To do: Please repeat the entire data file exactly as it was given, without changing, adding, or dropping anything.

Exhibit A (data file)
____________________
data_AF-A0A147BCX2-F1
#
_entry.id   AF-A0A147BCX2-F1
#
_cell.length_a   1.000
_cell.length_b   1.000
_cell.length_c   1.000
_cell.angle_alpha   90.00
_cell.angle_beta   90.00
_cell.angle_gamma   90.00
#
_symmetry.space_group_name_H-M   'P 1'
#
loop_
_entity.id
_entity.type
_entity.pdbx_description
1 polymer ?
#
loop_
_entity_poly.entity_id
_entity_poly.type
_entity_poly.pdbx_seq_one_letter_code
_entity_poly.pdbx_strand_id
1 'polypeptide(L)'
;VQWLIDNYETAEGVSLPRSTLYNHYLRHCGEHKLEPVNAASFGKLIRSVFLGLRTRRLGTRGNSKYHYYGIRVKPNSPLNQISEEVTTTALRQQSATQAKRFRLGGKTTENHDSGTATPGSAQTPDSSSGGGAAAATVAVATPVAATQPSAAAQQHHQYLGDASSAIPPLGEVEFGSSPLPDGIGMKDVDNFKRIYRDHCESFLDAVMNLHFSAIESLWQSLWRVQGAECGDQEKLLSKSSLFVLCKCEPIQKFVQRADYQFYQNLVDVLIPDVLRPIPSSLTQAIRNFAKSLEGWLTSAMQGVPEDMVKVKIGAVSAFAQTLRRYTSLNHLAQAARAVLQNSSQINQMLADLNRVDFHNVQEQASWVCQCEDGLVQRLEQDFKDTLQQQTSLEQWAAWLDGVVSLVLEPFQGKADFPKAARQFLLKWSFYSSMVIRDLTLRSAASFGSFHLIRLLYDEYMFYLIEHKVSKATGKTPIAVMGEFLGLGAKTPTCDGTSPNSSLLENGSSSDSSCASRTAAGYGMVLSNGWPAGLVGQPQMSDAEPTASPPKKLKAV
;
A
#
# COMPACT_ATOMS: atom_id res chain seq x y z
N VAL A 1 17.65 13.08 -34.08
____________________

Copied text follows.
data_AF-A0A147BCX2-F1
#
_entry.id   AF-A0A147BCX2-F1
#
_cell.length_a   1.000
_cell.length_b   1.000
_cell.length_c   1.000
_cell.angle_alpha   90.00
_cell.angle_beta   90.00
_cell.angle_gamma   90.00
#
_symmetry.space_group_name_H-M   'P 1'
#
loop_
_entity.id
_entity.type
_entity.pdbx_description
1 polymer ?
#
loop_
_entity_poly.entity_id
_entity_poly.type
_entity_poly.pdbx_seq_one_letter_code
_entity_poly.pdbx_strand_id
1 'polypeptide(L)'
;VQWLIDNYETAEGVSLPRSTLYNHYLRHCGEHKLEPVNAASFGKLIRSVFLGLRTRRLGTRGNSKYHYYGIRVKPNSPLNQISEEVTTTALRQQSATQAKRFRLGGKTTENHDSGTATPGSAQTPDSSSGGGAAAATVAVATPVAATQPSAAAQQHHQYLGDASSAIPPLGEVEFGSSPLPDGIGMKDVDNFKRIYRDHCESFLDAVMNLHFSAIESLWQSLWRVQGAECGDQEKLLSKSSLFVLCKCEPIQKFVQRADYQFYQNLVDVLIPDVLRPIPSSLTQAIRNFAKSLEGWLTSAMQGVPEDMVKVKIGAVSAFAQTLRRYTSLNHLAQAARAVLQNSSQINQMLADLNRVDFHNVQEQASWVCQCEDGLVQRLEQDFKDTLQQQTSLEQWAAWLDGVVSLVLEPFQGKADFPKAARQFLLKWSFYSSMVIRDLTLRSAASFGSFHLIRLLYDEYMFYLIEHKVSKATGKTPIAVMGEFLGLGAKTPTCDGTSPNSSLLENGSSSDSSCASRTAAGYGMVLSNGWPAGLVGQPQMSDAEPTASPPKKLKAV
;
A
#
# COMPACT_ATOMS: atom_id res chain seq x y z
N VAL A 1 17.65 13.08 -34.08